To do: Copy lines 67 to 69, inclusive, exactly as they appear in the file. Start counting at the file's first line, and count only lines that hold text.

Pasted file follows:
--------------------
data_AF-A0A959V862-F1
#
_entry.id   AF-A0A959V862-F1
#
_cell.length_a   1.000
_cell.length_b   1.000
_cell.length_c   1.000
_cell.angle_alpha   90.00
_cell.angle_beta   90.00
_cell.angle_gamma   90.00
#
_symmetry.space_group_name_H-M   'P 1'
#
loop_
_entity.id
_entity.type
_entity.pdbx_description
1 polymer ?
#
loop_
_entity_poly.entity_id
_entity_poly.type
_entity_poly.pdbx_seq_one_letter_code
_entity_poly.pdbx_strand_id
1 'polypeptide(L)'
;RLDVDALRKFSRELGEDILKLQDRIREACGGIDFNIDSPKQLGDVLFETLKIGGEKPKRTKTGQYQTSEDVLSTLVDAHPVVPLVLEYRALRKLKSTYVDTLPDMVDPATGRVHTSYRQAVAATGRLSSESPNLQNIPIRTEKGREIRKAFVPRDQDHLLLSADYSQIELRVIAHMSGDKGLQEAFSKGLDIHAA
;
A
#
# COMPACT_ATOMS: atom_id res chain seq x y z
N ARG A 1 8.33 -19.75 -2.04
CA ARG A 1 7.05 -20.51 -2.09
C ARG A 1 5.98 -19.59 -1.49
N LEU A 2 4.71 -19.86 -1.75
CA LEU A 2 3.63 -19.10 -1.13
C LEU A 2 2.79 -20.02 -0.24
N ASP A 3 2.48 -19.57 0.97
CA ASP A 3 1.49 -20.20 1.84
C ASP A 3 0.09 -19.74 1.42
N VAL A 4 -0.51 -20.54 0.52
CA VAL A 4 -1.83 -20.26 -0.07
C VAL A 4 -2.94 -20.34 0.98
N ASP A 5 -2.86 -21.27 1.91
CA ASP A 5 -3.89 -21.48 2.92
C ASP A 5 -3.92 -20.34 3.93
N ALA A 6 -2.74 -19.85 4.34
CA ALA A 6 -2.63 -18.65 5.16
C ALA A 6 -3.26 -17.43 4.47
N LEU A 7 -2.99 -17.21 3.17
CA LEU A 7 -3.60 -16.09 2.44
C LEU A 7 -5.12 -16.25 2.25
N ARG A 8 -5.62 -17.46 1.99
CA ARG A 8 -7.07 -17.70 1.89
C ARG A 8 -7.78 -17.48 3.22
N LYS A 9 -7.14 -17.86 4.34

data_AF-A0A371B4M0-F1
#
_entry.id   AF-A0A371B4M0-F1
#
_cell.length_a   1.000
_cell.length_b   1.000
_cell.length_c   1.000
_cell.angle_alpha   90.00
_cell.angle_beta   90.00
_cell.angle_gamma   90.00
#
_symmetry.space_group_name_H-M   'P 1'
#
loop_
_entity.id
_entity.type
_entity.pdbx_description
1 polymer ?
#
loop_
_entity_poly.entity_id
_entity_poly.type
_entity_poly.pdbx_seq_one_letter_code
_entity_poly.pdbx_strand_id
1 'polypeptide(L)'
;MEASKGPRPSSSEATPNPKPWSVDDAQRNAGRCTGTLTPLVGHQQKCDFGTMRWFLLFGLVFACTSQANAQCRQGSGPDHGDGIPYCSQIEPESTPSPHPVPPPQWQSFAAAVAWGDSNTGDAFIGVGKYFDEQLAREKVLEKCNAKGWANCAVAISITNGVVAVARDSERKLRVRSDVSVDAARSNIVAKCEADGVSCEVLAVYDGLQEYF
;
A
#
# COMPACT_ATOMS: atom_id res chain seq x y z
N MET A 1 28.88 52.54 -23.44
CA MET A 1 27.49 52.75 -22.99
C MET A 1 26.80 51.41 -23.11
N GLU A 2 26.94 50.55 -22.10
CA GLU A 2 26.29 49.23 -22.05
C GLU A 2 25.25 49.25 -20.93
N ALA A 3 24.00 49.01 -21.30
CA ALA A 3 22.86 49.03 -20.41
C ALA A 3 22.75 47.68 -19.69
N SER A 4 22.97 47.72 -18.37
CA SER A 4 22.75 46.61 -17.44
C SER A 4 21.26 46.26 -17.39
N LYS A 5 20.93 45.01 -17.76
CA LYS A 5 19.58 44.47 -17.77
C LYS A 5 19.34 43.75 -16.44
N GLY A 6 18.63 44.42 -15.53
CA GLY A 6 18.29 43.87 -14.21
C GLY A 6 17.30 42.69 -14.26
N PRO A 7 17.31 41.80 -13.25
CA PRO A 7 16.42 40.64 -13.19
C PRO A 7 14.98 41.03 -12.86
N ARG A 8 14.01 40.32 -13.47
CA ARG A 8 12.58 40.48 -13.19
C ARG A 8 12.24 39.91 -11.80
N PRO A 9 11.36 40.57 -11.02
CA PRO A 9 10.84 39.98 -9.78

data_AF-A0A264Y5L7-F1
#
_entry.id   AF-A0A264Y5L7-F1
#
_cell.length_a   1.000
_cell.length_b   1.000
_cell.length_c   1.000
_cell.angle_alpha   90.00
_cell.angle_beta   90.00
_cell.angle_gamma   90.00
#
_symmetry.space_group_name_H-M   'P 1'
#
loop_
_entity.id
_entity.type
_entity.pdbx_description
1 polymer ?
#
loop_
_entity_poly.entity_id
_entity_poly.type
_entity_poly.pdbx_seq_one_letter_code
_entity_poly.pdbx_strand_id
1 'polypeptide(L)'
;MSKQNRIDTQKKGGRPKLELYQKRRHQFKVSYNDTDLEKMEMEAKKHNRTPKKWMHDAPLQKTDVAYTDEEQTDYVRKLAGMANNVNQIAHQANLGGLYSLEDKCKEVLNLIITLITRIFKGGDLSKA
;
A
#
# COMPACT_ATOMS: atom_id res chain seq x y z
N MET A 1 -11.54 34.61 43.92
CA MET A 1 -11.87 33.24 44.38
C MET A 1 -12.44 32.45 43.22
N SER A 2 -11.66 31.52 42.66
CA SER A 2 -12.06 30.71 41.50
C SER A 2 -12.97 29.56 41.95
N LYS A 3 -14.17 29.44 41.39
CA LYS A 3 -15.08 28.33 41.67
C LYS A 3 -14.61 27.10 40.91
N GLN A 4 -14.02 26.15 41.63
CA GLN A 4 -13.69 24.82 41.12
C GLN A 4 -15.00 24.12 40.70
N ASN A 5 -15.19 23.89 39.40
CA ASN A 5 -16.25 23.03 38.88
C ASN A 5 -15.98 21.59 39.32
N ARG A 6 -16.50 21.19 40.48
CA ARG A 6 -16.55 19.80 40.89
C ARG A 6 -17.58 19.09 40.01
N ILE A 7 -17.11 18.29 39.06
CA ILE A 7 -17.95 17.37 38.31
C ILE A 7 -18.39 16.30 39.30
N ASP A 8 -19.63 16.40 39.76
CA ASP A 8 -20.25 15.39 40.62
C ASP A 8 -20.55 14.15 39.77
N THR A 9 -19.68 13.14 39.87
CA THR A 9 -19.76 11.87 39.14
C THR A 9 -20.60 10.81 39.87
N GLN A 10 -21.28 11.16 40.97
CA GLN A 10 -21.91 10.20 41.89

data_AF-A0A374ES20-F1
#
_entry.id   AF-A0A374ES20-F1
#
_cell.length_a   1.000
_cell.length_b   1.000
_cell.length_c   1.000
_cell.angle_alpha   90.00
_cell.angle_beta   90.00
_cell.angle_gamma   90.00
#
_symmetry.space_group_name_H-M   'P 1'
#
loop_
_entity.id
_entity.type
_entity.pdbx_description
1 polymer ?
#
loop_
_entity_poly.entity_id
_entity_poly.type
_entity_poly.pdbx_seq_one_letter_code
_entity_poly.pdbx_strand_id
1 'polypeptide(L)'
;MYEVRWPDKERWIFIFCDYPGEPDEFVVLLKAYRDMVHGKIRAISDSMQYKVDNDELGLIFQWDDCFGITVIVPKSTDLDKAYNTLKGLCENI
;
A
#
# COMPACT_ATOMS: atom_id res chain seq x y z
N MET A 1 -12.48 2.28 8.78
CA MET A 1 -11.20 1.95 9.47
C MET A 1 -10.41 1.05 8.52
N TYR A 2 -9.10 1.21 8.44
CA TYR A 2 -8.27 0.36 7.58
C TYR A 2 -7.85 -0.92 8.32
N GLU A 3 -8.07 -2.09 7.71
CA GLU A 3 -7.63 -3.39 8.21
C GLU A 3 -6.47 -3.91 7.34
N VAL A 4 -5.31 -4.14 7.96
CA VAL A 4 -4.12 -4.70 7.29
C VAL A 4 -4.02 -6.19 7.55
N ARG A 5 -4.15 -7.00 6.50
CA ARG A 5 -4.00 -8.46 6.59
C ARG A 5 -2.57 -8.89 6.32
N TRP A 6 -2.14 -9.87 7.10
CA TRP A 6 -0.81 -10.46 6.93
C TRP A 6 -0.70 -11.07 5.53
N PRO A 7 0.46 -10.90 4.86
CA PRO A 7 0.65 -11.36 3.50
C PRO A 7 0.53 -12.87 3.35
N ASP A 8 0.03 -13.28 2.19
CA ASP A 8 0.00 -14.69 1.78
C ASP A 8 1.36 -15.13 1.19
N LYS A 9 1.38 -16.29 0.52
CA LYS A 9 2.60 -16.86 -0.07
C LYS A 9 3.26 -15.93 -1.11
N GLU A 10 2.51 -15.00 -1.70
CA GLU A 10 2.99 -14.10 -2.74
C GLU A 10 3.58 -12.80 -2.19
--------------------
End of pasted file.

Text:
_symmetry.space_group_name_H-M   'P 1'
#
loop_